Dypvik, H., Gudlaugsson, S.T., Tsikalas, F., Attrep, M. Jr., Ferrell, R.E. Jr., Krinsley, D.H., Mørk, A., Faleide, J.I., and Nagy, J., 1996, Mjølnir Structure: An impact crater in the Barents Sea: Geology, v. 24, p. 779-882 (abstract).

Gudlaugsson, S.T., 1993, Large impact crater in the Barents Sea: Geology, v. 21, p. 291-294.
 

Publications in Proceedings Volumes

Tsikalas, F. and Faleide, J.I., 2005, Post-impact deformation of impact craters: towards a better understanding through the study of Mjølnir crater: Proceedings 36th Lunar & Planetary Science Conference (LPSC XXXVI), abstract No. 1022 (CD-ROM), 2 pp.

Dypvik, H., Mørk, A., Smelror, M., Tsikalas, F., Sandbakken, P.T., Bremer, M., Nagy, J. and Faleide, J.I., 2004, The Mjølnir impact crater: Norwegian Geological Society Abstracts & Proceedings, No 2, p. 37-40.

Tsikalas, F., Dypvik, H., Faleide, J.I., and Smelror, M., 2004, Towards a better understanding of marine impact processes: what a potential drilling of the Mjølnir Crater (Barents Sea) has to offer: Proceedings 35th Lunar & Planetary Science Conference (LPSC XXXV), abstract No. 1570 (CD-ROM), 2 pp.

Tsikalas, F. and Faleide, J.I., 2003, Mjølnir marine crater resulting from oblique impact: compelling evidence: Proceedings 3rd International Conference on Large Meteorite Impacts, Lunar & Planetary Institute, abstract No. 4005 (CD-ROM), 2 pp.

Tsikalas, F. and Faleide, J.I., 2003, Oblique Mjølnir marine impact: structural and geophysical diagnostic constraints: Proceedings 34rd Lunar & Planetary Science Conference (LPSC XXXIV), abstract No. 1015 (CD-ROM), 2 pp.

Tsikalas, F. and Faleide, J.I., 2002, Near-field erosional features at the Mjølnir impact crater: the role of marine sedimentary target: Proceedings 33rd Lunar & Planetary Science Conference (LPSC XXXIII), abstract No. 1296 (CD-ROM), 2 pp.

Shuvalov, V., Dypvik, H., and Tsikalas, F., 2002, Numerical modeling of the Mjølnir marine impact event: Proceedings 33rd Lunar & Planetary Science Conference (LPSC XXXIII), abstract No. 1038 (CD-ROM), 2 pp.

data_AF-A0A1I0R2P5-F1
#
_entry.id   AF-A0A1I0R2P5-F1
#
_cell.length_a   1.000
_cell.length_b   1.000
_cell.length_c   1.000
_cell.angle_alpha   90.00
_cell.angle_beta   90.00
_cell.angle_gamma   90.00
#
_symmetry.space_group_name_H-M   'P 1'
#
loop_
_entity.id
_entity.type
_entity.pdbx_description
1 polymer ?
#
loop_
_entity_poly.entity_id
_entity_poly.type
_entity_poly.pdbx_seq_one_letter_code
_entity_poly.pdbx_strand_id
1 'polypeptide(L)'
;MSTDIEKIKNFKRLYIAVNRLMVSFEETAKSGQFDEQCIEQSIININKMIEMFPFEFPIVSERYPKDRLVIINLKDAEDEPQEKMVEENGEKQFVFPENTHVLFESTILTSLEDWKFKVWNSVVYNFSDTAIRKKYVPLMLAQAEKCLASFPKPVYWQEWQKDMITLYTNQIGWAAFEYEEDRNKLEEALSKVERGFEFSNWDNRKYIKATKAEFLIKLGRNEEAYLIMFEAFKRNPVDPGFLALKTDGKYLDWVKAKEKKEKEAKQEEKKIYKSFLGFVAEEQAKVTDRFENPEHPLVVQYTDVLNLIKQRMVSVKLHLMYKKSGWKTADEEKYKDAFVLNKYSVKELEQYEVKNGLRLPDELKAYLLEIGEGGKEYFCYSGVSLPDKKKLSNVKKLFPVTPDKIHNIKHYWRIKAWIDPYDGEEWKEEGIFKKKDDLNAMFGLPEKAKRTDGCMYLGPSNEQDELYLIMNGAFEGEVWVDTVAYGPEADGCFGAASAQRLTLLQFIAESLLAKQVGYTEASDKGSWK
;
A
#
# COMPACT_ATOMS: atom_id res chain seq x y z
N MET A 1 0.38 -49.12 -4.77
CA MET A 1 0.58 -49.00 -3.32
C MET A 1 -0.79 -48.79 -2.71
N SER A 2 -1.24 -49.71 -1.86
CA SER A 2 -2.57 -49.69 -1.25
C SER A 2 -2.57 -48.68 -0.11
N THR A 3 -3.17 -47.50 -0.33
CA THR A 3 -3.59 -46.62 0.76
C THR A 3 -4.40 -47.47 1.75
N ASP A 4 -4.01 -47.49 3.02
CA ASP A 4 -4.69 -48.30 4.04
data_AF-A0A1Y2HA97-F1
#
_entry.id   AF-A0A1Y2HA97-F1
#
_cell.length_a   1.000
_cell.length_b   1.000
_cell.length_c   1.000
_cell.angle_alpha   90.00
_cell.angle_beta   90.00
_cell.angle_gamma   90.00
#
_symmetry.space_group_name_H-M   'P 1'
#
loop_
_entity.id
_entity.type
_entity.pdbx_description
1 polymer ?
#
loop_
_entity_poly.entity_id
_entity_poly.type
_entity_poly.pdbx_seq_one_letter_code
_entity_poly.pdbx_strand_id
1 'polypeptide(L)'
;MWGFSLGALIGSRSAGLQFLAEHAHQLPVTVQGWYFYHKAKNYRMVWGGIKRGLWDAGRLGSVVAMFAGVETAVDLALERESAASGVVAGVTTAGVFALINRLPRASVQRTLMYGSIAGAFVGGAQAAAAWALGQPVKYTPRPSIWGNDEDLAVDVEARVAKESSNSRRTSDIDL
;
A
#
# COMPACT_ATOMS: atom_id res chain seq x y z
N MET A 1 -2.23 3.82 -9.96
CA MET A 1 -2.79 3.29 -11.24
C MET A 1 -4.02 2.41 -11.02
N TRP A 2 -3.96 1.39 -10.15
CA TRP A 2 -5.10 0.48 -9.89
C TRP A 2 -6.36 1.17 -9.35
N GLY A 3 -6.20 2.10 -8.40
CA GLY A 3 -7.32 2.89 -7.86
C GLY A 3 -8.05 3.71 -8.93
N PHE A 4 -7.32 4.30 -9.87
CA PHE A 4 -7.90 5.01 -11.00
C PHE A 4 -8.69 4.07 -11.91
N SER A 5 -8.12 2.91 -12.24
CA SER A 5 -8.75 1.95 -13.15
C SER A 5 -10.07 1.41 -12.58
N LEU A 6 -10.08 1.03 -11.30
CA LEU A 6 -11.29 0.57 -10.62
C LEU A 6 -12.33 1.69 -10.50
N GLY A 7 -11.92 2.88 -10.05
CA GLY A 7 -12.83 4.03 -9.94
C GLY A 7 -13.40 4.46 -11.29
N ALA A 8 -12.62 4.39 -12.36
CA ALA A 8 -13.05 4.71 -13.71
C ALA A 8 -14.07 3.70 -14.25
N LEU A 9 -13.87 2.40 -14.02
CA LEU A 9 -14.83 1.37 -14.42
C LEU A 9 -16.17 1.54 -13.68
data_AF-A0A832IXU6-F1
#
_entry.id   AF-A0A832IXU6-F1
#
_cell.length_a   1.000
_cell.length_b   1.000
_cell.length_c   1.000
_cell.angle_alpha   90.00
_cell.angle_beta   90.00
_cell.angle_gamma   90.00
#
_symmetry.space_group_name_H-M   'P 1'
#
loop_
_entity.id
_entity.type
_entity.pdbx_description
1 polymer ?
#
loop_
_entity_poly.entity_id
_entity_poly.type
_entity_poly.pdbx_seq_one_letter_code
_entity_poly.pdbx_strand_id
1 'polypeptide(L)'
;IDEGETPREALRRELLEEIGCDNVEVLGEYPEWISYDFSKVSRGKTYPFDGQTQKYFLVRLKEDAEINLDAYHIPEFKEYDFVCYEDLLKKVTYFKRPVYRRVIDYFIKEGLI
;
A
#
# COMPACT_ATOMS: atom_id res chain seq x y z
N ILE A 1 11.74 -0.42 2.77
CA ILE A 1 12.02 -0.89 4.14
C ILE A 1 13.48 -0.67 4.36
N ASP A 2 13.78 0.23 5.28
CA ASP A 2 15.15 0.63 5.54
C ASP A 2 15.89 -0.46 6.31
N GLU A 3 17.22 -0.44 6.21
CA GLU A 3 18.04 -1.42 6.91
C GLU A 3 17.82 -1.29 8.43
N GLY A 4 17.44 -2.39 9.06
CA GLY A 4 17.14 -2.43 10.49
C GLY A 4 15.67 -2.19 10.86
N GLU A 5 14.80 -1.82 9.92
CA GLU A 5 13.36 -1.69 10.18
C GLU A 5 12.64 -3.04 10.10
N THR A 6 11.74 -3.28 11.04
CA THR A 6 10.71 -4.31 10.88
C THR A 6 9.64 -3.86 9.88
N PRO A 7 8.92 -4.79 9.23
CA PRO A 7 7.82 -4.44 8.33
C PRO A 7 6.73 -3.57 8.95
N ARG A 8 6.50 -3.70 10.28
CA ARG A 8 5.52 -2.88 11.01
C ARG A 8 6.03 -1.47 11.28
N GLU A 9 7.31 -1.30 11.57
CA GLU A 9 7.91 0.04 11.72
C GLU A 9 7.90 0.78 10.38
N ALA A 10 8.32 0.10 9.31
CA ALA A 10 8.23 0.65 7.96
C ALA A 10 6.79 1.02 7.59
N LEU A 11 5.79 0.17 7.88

Tsikalas, F., Faleide, J.I., Gudlaugsson, S.T., and Eldholm, O., 2001, From Mjølnir "Structure" to Mjølnir "marine impact crater": review of a decade of geophysical research: In Smelror, M., Dypvik, H. and Tsikalas, F. (eds) "Submarine Craters & Ejecta-Crater Correlation [7th Workshop, European Science Foundation (ESF)-IMPACT Programme], Norwegian Geological Society Abstracts & Proceedings, No 1, p. 84-86.

Tsikalas, F., Faleide, J.I., Eldholm, O., and Dypvik, H., 2001, Seismic correlation of the Mjølnir marine impact crater to shallow boreholes: In Smelror, M., Dypvik, H. and Tsikalas, F. (eds) "Submarine Craters & Ejecta-Crater Correlation [7th Workshop, European Science Foundation (ESF)-IMPACT Programme], Norwegian Geological Society Abstracts & Proceedings, No 1, p. 82-83.

Shuvalov, V., Dypvik, H., and Tsikalas, F., 2001, Numerical simulations of the Mjølnir marine impact: In Smelror, M., Dypvik, H. and Tsikalas, F. (eds) "Submarine Craters & Ejecta-Crater Correlation [7th Workshop, European Science Foundation (ESF)-IMPACT Programme], Norwegian Geological Society Abstracts & Proceedings, No 1, p. 73-75.

Tsikalas, F., Faleide, J.I., Eldholm, O., and Gudlaugsson, S.T., 1999, Porosity variation, seismic-amplitude anomalies and hydrocarbon potential of the Mjølnir impact crater: In Gersonde, R. and Deutsch, A. (eds) "Oceanic Impacts - Mechanisms and Environmental Perturbations [2nd Workshop, European Science Foundation (ESF)-IMPACT Programme], Reports on Polar Research (Berichte zur Polarforschung), v. 343 (1999), p. 97-100.